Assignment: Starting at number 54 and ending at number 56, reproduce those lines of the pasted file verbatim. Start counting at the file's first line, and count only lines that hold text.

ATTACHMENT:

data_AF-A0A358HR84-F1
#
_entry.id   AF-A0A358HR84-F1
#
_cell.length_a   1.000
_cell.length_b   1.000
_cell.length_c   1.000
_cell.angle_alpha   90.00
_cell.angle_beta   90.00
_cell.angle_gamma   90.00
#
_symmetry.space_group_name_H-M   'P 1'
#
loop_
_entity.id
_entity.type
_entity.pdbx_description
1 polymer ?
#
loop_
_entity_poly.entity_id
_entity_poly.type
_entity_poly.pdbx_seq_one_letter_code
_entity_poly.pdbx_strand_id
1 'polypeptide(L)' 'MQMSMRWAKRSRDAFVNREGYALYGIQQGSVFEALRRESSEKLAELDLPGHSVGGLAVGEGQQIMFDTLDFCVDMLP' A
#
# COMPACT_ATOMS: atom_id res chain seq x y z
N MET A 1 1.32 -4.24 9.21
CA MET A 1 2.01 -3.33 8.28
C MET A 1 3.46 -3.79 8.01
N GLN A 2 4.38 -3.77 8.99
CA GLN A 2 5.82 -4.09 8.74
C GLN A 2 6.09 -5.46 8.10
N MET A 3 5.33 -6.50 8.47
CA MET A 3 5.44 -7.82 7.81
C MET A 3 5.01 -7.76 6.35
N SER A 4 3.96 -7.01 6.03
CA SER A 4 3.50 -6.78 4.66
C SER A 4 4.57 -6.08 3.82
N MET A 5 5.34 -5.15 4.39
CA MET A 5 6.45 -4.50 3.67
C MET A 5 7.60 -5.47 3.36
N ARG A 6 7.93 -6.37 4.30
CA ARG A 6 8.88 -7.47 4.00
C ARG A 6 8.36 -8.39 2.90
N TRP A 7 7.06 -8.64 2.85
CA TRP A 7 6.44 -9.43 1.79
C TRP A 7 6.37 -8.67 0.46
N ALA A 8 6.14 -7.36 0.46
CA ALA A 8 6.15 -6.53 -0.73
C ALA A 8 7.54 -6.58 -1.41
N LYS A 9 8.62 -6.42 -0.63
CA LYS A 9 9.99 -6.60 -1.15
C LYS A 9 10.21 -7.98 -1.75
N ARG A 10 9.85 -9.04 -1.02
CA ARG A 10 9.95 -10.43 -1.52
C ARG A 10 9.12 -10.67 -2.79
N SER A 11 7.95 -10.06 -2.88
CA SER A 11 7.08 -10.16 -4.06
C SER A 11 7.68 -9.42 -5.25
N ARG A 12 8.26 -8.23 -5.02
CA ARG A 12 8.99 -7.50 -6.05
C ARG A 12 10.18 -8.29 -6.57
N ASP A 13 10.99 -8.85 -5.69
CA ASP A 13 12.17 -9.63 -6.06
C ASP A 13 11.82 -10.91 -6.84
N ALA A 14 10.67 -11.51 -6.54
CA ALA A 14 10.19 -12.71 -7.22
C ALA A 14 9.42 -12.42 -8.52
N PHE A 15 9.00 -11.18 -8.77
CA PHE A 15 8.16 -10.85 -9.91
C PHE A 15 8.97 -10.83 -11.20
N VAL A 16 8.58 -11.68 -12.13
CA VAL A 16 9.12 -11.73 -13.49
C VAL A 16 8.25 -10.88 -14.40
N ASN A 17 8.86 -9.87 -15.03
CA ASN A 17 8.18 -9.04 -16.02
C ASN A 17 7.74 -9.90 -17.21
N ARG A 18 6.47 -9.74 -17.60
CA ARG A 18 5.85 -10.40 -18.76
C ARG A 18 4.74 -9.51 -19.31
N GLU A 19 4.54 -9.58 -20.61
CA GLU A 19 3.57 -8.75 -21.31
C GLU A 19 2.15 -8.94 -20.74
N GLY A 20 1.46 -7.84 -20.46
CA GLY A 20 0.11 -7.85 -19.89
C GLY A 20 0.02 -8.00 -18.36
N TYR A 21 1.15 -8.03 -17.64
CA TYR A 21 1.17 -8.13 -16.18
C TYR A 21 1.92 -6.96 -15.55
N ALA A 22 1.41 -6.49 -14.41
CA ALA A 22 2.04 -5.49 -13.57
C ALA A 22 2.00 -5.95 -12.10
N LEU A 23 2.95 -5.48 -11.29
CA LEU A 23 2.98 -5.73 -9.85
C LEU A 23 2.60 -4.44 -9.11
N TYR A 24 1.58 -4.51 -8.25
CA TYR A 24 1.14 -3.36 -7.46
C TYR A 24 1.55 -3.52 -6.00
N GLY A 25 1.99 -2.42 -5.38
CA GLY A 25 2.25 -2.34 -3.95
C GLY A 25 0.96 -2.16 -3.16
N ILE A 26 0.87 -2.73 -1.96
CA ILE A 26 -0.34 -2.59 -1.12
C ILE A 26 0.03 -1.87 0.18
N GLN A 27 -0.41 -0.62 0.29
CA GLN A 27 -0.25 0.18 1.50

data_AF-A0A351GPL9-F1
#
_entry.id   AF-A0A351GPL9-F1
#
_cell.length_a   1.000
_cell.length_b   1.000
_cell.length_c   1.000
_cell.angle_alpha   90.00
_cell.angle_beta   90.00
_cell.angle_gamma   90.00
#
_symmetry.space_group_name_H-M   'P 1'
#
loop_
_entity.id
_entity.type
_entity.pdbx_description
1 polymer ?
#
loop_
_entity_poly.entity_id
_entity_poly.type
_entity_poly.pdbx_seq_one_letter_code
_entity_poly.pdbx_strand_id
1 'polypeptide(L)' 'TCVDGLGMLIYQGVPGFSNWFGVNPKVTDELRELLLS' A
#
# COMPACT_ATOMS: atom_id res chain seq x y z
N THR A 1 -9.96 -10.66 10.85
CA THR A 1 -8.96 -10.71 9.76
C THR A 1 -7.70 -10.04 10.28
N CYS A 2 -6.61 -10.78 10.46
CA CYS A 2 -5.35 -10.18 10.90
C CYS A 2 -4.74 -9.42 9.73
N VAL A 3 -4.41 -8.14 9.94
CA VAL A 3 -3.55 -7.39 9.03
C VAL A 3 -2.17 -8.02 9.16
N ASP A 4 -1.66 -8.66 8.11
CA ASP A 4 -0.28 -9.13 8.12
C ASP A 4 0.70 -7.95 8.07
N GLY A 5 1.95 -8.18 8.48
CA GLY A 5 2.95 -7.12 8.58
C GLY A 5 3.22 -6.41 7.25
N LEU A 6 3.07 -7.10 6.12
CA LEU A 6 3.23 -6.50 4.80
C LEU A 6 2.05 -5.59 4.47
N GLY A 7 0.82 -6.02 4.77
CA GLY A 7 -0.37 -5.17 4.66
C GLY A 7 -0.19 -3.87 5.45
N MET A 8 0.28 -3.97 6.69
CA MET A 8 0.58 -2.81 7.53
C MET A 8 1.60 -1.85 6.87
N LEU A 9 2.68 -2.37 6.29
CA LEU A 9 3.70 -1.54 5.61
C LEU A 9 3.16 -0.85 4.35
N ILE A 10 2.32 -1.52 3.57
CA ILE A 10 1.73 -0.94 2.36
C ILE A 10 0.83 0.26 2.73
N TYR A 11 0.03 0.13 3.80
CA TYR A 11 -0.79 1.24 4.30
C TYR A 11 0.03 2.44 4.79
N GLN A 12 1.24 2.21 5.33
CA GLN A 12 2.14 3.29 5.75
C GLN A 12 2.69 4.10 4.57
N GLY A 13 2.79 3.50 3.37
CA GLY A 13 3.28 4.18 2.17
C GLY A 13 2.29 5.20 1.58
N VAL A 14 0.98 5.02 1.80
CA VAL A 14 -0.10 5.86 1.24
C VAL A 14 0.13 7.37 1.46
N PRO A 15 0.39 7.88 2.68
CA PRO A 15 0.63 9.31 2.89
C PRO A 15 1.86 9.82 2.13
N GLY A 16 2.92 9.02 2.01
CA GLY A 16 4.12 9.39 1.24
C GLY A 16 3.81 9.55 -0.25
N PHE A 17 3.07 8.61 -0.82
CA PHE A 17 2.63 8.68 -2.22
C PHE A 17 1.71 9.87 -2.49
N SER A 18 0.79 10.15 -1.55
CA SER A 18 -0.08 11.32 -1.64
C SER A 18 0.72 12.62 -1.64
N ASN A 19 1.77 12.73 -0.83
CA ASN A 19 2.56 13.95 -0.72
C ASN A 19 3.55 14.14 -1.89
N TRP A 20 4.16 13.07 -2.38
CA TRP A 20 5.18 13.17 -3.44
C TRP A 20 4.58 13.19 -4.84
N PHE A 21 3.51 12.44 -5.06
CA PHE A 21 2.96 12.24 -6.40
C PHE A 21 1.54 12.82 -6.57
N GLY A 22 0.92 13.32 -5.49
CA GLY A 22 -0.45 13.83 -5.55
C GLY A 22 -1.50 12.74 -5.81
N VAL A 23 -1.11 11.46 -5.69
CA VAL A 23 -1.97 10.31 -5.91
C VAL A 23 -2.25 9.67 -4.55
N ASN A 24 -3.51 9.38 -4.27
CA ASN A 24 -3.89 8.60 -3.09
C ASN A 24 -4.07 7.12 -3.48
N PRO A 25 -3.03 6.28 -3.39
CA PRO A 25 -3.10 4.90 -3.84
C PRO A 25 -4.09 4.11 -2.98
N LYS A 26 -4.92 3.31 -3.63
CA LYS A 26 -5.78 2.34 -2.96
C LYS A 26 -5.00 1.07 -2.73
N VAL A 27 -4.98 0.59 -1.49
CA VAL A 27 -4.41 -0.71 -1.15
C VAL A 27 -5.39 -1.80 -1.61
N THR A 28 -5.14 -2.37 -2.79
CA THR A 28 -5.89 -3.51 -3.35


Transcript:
C LYS A 9 10.21 -7.98 -1.75
N ARG A 10 9.85 -9.04 -1.02
CA ARG A 10 9.95 -10.43 -1.52